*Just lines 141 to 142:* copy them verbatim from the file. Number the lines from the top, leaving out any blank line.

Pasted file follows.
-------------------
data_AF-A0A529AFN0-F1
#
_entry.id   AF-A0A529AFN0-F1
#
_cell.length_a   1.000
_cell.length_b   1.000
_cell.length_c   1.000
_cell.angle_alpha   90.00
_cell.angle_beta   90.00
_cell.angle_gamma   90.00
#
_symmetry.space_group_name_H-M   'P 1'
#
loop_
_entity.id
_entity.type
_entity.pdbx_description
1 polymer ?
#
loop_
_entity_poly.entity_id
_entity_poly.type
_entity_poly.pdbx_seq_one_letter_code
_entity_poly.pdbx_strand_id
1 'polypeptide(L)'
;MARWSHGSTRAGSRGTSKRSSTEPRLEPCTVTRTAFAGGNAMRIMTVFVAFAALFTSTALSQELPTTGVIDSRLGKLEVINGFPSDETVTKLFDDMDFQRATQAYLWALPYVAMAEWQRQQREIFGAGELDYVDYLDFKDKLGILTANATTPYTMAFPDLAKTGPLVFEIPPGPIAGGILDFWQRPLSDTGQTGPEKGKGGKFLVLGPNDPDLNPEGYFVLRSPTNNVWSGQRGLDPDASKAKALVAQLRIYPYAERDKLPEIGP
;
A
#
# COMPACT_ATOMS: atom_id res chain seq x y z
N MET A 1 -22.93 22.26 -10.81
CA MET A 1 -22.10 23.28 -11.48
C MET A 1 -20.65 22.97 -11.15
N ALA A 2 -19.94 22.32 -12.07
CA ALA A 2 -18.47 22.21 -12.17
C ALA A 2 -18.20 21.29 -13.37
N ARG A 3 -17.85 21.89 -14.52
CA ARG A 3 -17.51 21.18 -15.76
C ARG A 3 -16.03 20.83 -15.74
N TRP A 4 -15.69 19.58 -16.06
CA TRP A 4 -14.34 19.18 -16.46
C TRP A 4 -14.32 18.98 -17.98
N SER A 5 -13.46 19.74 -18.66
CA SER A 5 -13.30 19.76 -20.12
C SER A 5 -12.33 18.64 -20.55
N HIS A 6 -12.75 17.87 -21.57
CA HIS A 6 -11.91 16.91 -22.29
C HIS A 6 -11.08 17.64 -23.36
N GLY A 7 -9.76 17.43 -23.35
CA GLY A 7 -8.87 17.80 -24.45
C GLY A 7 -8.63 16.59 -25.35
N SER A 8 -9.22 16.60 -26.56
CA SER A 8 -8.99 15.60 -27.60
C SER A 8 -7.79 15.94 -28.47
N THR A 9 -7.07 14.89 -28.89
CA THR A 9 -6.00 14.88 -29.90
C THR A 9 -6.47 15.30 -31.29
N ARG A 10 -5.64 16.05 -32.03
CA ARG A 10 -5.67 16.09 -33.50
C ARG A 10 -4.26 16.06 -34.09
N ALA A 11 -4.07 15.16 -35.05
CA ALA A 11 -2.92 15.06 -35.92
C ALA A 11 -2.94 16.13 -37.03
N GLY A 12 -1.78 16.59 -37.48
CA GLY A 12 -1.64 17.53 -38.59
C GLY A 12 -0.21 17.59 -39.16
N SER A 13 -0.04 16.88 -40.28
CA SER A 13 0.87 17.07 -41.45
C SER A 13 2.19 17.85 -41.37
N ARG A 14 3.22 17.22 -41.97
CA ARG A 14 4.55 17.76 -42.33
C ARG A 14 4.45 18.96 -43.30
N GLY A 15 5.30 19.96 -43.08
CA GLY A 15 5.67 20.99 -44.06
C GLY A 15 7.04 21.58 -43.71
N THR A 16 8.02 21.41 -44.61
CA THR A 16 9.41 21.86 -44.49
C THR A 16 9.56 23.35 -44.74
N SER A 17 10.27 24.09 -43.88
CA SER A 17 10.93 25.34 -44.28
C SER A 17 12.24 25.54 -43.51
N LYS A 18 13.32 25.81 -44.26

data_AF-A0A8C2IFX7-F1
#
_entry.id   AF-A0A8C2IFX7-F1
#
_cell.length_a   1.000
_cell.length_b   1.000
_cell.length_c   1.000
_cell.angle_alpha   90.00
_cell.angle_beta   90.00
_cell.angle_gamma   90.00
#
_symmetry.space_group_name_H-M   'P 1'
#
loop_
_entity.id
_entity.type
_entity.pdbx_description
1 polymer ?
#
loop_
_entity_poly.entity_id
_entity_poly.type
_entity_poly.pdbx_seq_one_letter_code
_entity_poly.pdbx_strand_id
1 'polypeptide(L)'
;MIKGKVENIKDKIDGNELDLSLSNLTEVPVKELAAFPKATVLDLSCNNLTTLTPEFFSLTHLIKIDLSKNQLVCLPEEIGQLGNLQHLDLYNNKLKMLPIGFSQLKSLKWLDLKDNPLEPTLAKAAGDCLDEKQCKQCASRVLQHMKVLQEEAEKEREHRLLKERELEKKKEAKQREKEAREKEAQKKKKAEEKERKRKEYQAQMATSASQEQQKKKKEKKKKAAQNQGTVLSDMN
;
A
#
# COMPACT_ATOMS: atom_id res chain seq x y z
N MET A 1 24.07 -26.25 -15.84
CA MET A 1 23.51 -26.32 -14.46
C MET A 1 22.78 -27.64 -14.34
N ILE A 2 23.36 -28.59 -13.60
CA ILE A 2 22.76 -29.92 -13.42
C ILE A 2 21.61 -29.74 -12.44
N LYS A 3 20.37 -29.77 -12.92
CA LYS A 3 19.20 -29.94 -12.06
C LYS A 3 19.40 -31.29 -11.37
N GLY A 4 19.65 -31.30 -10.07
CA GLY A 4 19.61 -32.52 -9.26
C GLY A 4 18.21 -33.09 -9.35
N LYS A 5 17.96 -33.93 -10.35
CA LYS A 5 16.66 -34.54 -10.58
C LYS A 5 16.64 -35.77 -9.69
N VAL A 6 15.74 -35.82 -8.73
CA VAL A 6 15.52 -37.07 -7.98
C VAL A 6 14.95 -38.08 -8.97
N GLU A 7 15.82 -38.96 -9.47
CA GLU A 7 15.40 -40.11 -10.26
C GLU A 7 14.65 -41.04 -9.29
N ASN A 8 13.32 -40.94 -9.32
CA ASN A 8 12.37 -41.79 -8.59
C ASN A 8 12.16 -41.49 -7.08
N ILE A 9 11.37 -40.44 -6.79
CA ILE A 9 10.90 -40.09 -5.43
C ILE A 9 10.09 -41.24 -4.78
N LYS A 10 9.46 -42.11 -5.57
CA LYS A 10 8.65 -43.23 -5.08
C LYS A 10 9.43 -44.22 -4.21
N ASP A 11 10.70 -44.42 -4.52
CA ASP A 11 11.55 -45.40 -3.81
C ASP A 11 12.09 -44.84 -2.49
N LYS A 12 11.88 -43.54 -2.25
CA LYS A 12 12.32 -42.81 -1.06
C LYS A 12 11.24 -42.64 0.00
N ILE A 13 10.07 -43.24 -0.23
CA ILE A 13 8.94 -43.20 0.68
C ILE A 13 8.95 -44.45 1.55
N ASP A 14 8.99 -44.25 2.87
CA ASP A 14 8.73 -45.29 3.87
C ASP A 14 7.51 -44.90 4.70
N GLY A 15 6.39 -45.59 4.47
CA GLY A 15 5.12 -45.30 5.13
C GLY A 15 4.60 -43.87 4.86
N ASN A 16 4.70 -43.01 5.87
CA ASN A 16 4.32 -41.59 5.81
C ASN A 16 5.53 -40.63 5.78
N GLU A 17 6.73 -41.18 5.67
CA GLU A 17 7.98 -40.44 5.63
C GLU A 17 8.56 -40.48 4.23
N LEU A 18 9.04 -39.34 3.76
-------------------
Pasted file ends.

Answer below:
CA LYS A 10 8.65 -43.23 -5.08
C LYS A 10 9.43 -44.22 -4.21